When there is a downpour, which happens at least a dozen times per year, my next-door neighbor's back yard fills up with water. I mean that the entire back yard looks like a pond, and the grass is not visible.

The way the terrain is shaped, the whole thing drains out the front corner on my side, and flows into my (unfinished) basement, where a sump pump removes the water.

I'm interested to see if there's a more direct way to deliver the water to the storm water catchment system, without it all having to go through my basement first.

I have some remediation ideas that I would like to discuss with him, but first, I'd like to collect background information as to what rights and responsibilities he, and I, might have, with respect to each other, and local authorities.

I don't expect anyone reading this question to have an exact answer. What I'm wondering is (a) where to look, and (b) what key words and phrases to look for. Also (c) please provide an example from some specific municipality you might be familiar with. Lastly, (d) if that example isn't immediately understandable, a plain language explanation of what it's saying.

  • Are you within a city or incorporated town? And by "storm water catchment system" you mean the storm drain on a street? Commented Oct 5, 2018 at 13:39
  • Is the temporary storage of the water in your neighbour's back yard relevant?
    – DJohnM
    Commented Oct 5, 2018 at 17:09
  • @BlueDogRanch - not sure about the first question -- it's called the "Village of ..." For the second question -- yes, but I think there might be some hook-up to that, in the middle of the lot. Commented Oct 6, 2018 at 4:34

2 Answers 2


This article is a New York State directed guide to the problem. The most important question is, exactly what has the neighbor done to cause the flooding. If this flooding is a natural consequence of the land, the neighbor is not liable. If he has altered the land, he may still not be held responsible. New York follows a form of the "common-enemy" rule, which essentially says that you can do as you want with your land: rainwater is the common enemy that all must guard against. A modification of the rule is that "an upland owner was not entitled to artificially collect surface waters and discharge them in a mass upon the land below to its damage (e.g., by piping or draining into ditches so that surface waters released on lower land caused erosion or flooding)", which may or may not describe your situation.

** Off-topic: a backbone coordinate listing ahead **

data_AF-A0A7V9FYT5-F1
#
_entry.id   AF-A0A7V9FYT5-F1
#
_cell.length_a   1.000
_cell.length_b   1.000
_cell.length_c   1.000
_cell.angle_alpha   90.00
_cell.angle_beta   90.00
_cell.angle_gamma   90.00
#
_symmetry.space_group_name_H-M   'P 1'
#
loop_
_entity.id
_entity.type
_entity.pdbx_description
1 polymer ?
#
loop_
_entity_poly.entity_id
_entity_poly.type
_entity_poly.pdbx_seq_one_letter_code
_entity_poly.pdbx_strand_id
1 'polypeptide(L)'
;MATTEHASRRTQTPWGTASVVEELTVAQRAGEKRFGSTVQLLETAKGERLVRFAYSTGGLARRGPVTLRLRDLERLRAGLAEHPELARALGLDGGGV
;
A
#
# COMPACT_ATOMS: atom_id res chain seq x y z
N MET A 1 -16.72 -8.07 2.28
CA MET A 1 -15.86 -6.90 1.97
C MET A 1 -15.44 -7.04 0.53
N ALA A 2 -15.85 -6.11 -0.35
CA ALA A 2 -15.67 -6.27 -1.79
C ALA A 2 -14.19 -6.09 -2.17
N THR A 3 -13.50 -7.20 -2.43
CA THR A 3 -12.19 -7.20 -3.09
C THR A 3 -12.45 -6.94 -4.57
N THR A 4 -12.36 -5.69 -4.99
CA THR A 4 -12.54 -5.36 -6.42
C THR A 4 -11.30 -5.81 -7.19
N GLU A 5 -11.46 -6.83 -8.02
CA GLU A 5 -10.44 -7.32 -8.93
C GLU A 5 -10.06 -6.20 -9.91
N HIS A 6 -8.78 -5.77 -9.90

The case Kossoff v. Rathgeb-Walsh, 3 NY2d 583 is a defining case for drainage law in NY. In this case, the defendant had an upland plot in its natural state, but later blacktopped it without installing a drainage system. The court found that he was not liable for the flooding, because be had a right to develop the property "in good faith to fit the property to some rational use to which it is adapted". The court emphasized that "the water is not drained into the other property by means of pipes or ditches".

  • I would note that your cited case appears to date back to 1958 which precedes the implementation of any stormwater regulations and the founding of the EPA. It's very likely that the case is no longer relevant due to the implementation of stormwater control measures. Commented May 30 at 14:53

If discharge (of anything) from your neighbour’s property damages (including causing inconvenience) your property then your neighbour is trespassing and must stop the discharge and remediate any damage.

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